“I love how this deceptively simple poem navigates what is actually highly complex at the level of syntax, temporality, perspective, and emotion,” Albergotti said. “It's a poem strongly driven by voice and idea, but it doesn't neglect the necessity of image: the high window, the spring breezes, the brown dress and ivory beads, and the wonderfully surprising peach of the final line. There may be only one sentence here, but it magically reveals a lifetime in a way that only poetry can.”

Powell will receive a $200 prize from the North Carolina Writers’ Network, the contest’s sponsor, and her winning poem will be considered for publication in the literary journal The Crucible.

Powell has written for the Charlotte Observer since 1975, in various capacities, including book editor, feature writer, metro columnist, and restaurant reviewer. She has twice won the Brockman-Campbell Award for the best book of poetry by a North Carolinian published in the preceding year. Her poems are forthcoming from Prairie Schooner and the Tampa Review. Her latest collection is A Necklace of Bees (2008, University of Arkansas Press). She is also the author of Parting the Curtains: Interviews with Southern Writers.

Albergotti also named “From Dry Seed Casings” by Mary Jo Amani as runner-up, and poems by Terri Kirby Erickson, Maureen Sherbondy, and Nancy Martin Young as honorable mentions.

A graduate of the MFA program at UNC Greensboro and former poetry editor of The Greensboro Review, Albergotti currently teaches creative writing and literature c ourses and edits the online journal Waccamaw at Coastal Carolina University in Conway, South Carolina. He is the author of The Boatloads (BOA Editions, 2008), selected by Edward Hirsch as the winner of the 2007 A. Poulin, Jr. Poetry Prize.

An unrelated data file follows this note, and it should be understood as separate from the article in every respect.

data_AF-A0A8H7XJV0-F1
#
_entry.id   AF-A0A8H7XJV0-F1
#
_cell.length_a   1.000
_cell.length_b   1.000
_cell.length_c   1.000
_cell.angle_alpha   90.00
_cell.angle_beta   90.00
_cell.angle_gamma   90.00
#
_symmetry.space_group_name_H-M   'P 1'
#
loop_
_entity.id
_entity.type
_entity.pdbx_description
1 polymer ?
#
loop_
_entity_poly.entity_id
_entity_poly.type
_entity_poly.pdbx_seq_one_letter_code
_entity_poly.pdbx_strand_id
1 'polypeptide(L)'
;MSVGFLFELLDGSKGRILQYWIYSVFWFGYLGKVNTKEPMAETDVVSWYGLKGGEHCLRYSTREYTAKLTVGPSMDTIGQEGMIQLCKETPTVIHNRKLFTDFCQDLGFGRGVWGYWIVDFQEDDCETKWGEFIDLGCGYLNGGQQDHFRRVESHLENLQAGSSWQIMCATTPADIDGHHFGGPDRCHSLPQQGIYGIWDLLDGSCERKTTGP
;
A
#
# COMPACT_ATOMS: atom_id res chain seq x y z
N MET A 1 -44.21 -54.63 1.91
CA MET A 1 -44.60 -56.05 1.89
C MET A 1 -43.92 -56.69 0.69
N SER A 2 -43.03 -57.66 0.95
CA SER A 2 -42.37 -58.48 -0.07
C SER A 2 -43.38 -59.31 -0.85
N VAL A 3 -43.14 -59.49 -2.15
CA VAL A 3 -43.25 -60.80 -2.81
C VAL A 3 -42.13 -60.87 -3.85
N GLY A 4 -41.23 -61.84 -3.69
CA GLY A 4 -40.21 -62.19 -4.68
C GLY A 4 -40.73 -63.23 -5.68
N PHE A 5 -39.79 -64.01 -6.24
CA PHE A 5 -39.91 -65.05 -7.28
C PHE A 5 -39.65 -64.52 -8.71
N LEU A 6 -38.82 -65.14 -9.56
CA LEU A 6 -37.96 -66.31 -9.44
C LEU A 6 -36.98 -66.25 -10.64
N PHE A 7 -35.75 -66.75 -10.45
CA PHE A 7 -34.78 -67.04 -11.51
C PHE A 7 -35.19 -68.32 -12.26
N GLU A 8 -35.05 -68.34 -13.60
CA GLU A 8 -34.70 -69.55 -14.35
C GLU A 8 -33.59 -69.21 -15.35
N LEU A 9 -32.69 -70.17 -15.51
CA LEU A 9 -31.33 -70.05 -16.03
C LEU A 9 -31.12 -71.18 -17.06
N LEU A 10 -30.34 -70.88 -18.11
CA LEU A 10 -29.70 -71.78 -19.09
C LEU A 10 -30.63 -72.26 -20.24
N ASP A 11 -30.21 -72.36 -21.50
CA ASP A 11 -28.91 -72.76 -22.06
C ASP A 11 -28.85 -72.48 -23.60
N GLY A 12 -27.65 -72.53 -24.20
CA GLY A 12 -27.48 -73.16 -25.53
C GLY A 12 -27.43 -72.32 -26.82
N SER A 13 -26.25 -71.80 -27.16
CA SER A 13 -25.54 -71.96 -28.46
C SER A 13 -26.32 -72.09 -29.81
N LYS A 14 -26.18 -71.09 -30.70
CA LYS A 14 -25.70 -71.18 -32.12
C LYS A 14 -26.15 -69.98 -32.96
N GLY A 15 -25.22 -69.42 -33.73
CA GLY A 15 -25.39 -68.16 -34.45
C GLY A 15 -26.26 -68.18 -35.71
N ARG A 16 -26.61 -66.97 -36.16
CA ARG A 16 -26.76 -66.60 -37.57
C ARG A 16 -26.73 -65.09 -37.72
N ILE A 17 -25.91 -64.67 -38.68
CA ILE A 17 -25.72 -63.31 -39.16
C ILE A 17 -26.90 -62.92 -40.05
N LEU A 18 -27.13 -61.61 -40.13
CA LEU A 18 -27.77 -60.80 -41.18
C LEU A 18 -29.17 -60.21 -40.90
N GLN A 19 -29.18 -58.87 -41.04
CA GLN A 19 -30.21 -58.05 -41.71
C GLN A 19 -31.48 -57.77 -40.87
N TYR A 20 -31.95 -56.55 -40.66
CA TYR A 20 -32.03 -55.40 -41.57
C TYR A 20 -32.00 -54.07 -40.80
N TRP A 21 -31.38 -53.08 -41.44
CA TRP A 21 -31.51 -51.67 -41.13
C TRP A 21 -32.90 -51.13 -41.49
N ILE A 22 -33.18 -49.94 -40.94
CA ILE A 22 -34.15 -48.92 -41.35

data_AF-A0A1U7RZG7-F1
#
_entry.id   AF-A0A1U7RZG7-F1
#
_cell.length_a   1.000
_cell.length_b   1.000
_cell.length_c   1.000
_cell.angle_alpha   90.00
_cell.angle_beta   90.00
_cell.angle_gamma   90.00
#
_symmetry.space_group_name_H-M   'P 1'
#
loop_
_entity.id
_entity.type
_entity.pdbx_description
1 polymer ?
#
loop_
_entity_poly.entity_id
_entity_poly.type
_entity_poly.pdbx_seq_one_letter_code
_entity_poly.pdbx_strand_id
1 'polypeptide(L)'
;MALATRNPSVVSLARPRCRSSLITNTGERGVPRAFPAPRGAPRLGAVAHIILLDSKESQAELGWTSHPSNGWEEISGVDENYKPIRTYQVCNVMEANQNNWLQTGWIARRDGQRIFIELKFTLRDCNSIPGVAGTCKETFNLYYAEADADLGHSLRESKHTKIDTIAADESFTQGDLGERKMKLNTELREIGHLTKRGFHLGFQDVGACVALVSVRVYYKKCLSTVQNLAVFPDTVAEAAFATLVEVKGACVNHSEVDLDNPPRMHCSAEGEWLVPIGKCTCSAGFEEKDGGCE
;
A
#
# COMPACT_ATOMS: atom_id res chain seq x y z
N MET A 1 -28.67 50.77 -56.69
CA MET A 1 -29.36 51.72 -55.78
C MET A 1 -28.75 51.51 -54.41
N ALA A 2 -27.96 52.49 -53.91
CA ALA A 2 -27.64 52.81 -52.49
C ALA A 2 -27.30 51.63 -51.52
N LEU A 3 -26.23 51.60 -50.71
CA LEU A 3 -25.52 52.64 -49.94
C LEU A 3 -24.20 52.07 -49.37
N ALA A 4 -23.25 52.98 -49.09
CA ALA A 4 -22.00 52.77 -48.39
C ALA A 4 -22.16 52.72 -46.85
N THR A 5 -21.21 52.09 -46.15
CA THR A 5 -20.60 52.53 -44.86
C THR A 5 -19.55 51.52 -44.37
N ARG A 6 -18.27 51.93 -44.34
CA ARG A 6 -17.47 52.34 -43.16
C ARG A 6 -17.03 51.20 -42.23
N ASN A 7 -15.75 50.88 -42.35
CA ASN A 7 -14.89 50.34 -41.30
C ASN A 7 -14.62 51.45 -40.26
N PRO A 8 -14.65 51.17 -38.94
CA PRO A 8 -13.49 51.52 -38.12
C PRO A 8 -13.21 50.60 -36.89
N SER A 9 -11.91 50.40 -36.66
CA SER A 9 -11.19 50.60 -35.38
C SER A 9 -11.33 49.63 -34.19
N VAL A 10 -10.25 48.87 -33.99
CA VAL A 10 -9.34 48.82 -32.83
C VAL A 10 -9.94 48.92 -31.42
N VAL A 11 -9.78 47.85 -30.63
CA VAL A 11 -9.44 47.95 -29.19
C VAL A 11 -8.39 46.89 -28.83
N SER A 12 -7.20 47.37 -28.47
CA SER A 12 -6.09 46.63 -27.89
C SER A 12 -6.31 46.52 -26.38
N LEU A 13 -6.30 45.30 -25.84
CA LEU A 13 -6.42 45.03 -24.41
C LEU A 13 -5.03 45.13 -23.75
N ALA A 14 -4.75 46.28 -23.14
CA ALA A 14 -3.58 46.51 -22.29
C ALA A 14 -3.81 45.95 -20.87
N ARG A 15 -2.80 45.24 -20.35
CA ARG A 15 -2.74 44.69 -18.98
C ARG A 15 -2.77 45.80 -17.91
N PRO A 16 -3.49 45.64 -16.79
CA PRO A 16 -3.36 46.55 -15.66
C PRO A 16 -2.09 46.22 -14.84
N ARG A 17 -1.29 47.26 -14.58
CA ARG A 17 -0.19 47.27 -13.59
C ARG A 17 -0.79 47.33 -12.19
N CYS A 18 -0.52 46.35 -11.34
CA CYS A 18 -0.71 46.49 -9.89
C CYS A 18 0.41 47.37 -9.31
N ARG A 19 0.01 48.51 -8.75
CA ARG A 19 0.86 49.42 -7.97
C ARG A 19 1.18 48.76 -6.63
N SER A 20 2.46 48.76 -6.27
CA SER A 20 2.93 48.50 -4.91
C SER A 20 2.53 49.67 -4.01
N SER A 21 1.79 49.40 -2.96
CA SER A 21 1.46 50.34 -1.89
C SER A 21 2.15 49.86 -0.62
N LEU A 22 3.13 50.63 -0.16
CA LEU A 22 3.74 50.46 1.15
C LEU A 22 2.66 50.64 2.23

The preliminary judge for this year’s contest was Amanda Rutstein, a former poetry editor for The Greensboro Review. She is currently a member of the adjunct faculty at UNCG, where she teaches courses in literature and poetry writing.

The Randall Jarrell Poetry Competition honors the work and legacy of the poet and critic Randall Jarrell, who taught at what is now the University of North Carolina at Greensboro for nearly eighteen years. The competition is administered by Terry L. Kennedy and the graduate program in creative writing at UNCG, and is open to any writer who is a legal resident of North Carolina or a member of the North Carolina Writers’ Network. Visit www.ncwriters.org for more information on this and other contests.

***

The nonprofit North Carolina Writers’ Network is the state’s oldest and largest literary arts services organization devoted to writers at all stages of development. For additional information, visit www.ncwriters.org.